It wasn’t immediately known where or when the royal couple was infected, but officials said they were tracking possible sources.

The news comes after Swedish health officials reported that Sweden, a country of 10 million, had set a new daily record for COVID-19 cases with 11,507 new infections on December 30. The previous daily record of 11,376 cases was recorded over a year ago in late December 2020.

Sweden’s King Carl XVI Gustaf is pictured during a visit at the Beaumont house in Pau, southwestern France, on October 8, 2018. (AP Photo/Bob Edme)

Germany meanwhile has relaxed restrictions on travel from the UK, South Africa and seven other southern African countries that were imposed following the emergence of the new Omicron coronavirus variant.

The nine nations were removed Tuesday from Germany’s list of “virus variant areas.” Airlines and others are restricted largely to transporting German citizens and residents from countries on that list. All arrivals must self-isolate for 14 days, regardless of vaccination status.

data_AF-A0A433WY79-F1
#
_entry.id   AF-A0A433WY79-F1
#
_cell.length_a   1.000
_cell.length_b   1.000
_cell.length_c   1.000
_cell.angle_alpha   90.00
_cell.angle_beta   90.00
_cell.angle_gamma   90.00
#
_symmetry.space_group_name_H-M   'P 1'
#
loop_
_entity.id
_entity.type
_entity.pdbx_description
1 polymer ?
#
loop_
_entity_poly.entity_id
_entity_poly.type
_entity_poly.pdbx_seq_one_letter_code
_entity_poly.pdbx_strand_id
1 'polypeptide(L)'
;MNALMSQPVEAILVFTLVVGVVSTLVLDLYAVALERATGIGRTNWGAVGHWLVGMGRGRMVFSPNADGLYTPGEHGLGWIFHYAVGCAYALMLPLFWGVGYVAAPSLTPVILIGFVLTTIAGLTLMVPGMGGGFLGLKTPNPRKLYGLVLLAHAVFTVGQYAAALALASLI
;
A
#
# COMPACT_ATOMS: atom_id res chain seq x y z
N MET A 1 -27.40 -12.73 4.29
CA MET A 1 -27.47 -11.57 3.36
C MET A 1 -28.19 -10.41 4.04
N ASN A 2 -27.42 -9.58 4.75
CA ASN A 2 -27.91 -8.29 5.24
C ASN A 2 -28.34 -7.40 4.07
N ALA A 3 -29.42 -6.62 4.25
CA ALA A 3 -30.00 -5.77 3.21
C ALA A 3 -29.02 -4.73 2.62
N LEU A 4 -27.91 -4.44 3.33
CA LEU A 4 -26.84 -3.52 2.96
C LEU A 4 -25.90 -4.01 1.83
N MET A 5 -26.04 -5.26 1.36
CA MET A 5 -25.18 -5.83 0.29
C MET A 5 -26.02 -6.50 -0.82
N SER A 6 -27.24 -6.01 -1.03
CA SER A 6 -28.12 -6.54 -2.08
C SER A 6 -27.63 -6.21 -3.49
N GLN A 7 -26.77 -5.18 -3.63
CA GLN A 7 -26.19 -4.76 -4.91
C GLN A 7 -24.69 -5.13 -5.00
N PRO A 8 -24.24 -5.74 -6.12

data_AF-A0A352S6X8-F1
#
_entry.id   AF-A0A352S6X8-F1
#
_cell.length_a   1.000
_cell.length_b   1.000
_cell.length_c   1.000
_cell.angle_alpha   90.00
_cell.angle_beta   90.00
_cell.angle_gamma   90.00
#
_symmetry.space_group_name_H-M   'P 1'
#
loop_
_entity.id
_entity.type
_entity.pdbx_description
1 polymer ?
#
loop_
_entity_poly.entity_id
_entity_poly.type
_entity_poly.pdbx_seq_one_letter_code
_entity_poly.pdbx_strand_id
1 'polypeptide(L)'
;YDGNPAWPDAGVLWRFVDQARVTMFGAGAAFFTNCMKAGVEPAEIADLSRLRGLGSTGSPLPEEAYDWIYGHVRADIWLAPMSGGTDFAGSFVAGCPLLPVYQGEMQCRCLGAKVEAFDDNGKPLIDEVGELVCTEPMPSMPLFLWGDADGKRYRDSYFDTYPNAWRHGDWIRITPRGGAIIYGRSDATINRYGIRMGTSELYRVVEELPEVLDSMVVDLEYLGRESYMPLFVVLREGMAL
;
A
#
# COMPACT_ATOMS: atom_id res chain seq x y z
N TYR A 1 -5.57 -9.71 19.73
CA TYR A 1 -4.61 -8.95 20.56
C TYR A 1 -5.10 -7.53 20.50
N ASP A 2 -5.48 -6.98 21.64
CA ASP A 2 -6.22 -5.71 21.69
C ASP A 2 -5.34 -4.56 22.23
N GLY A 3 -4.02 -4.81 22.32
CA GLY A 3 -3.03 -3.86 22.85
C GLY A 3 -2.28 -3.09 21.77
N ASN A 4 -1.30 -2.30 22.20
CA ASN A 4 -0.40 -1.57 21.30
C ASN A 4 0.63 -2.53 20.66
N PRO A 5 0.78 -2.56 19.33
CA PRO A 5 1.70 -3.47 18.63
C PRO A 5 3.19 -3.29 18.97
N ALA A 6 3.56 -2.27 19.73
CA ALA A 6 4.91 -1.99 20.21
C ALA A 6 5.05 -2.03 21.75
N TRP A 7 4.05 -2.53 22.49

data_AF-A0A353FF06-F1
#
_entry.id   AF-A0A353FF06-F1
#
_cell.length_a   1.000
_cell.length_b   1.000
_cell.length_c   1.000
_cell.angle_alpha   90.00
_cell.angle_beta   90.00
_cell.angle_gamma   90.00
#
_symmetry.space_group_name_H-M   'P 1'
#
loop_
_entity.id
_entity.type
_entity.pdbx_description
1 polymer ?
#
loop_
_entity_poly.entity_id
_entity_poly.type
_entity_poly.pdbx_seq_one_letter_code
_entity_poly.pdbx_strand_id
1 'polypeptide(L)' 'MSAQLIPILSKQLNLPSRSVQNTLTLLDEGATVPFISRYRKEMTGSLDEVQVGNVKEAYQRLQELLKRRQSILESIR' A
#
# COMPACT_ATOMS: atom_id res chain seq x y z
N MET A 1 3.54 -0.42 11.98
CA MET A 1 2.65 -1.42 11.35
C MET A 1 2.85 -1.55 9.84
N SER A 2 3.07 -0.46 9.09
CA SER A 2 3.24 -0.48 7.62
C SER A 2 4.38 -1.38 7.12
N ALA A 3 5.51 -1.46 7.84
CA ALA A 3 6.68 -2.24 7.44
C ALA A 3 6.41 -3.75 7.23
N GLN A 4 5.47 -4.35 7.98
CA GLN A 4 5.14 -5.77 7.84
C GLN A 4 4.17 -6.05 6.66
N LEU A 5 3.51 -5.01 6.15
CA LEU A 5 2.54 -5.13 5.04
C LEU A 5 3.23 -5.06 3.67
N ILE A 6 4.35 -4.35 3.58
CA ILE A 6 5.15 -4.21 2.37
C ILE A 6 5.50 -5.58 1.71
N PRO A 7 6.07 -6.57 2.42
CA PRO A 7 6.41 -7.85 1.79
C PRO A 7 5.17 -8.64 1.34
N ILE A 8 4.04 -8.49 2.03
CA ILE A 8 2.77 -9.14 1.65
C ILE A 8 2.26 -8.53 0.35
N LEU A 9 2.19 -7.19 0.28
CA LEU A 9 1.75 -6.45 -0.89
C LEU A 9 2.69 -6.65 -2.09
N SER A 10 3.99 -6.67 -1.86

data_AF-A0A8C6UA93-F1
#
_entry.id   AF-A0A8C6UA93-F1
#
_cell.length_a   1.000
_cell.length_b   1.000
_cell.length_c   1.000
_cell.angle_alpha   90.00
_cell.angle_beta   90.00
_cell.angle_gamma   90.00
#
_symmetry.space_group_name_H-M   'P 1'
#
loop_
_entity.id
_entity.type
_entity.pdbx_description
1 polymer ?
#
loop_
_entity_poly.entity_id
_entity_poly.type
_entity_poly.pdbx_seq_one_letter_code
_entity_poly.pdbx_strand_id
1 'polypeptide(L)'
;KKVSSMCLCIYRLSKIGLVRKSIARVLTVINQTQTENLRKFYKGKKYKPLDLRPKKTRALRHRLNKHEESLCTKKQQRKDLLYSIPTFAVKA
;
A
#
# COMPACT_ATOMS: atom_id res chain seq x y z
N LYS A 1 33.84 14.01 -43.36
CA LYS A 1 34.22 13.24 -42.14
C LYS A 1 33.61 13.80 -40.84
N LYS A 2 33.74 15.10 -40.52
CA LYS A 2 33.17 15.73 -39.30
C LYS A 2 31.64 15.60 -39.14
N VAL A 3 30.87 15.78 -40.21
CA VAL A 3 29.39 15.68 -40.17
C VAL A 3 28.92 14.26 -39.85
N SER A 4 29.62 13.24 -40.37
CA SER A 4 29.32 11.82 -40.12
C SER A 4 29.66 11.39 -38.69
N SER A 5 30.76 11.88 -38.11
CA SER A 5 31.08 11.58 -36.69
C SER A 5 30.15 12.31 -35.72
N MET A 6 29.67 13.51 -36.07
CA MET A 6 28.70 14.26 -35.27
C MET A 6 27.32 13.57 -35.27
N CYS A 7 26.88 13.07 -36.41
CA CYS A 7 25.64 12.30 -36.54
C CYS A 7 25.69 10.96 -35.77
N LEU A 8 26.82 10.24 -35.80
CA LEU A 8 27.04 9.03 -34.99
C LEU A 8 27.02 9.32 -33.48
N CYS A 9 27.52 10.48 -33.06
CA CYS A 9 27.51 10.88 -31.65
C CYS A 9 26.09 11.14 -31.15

Omicron is advancing in Germany but authorities say official statistics currently show a very incomplete picture because of patchy testing and reporting over the holiday period.

The German disease control center, the Robert Koch Institute, said Tuesday that 30,561 new coronavirus cases were reported over the past 24 hours, over 9,000 more than a week earlier. The officially recorded infection rate was 239.9 new cases per 100,000 residents over the past week. The health minister has said the real rate is probably two or three times higher.

COVID-19 has killed at least 5,441,446 people globally since the outbreak emerged in December 2019, according to an AFP tally compiled from official sources on Monday.